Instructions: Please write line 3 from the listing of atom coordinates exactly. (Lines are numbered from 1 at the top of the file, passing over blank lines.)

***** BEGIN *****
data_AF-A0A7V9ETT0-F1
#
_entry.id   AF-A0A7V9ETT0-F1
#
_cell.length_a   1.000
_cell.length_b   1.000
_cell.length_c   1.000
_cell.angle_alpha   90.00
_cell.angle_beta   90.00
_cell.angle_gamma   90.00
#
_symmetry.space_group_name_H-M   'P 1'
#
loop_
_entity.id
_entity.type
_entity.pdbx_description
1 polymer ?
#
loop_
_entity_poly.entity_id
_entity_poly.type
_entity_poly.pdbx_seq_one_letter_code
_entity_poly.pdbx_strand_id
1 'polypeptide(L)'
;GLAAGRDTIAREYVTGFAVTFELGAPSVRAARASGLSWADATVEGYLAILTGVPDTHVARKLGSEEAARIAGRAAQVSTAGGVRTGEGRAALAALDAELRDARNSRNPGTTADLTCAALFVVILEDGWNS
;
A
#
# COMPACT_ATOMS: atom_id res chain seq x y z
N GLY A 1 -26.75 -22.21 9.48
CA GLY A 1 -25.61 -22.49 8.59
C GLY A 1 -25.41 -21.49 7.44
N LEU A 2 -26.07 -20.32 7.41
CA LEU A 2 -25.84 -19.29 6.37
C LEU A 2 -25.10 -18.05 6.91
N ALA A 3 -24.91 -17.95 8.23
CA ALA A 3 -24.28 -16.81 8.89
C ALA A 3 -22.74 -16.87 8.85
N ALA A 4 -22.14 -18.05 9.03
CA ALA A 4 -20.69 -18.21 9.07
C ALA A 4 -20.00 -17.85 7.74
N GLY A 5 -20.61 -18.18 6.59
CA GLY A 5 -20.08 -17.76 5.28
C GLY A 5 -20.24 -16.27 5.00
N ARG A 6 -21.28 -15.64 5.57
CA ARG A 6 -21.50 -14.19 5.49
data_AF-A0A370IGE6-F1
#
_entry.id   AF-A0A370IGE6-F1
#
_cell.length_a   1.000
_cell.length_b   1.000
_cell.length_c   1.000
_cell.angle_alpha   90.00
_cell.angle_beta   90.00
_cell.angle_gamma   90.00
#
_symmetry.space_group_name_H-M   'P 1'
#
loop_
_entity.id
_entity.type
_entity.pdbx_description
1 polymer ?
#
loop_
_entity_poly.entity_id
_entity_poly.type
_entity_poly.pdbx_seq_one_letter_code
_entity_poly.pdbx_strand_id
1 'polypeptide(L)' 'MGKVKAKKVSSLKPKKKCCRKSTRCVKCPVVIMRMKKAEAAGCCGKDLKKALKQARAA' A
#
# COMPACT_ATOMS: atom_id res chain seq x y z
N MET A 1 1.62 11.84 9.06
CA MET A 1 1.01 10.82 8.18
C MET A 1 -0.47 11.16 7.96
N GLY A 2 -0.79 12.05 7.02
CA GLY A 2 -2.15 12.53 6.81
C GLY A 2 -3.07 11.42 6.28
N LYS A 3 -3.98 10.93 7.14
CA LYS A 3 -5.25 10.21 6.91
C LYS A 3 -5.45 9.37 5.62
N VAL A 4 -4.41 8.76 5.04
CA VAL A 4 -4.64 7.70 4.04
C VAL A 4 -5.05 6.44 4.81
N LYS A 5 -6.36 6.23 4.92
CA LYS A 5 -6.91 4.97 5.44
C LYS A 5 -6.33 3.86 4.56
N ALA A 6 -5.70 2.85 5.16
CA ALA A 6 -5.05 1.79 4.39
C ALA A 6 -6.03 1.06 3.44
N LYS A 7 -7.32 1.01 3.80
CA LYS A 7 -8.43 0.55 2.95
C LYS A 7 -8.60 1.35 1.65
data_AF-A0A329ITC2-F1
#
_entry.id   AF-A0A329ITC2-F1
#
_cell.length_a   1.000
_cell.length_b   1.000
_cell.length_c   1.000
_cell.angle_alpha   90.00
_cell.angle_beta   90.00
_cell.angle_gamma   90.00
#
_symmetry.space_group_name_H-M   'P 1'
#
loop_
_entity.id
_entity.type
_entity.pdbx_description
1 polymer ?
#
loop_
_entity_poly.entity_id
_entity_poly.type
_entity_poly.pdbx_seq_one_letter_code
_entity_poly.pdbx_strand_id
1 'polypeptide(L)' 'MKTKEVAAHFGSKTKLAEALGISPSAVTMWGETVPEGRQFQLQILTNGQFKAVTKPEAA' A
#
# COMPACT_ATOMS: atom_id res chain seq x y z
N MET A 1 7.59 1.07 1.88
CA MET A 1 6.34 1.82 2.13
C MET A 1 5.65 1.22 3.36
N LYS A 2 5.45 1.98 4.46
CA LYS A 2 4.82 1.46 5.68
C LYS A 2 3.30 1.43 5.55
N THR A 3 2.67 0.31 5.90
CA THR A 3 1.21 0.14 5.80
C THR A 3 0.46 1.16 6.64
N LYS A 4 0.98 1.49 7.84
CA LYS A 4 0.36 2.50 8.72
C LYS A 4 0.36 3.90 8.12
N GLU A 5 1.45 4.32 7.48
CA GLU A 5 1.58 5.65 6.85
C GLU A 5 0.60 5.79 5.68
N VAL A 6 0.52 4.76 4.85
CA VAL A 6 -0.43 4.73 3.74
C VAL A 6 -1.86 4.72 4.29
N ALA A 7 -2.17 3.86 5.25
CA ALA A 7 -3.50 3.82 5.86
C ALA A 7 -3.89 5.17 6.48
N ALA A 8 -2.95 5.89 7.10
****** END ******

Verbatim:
_entry.id   AF-A0A7V9ETT0-F1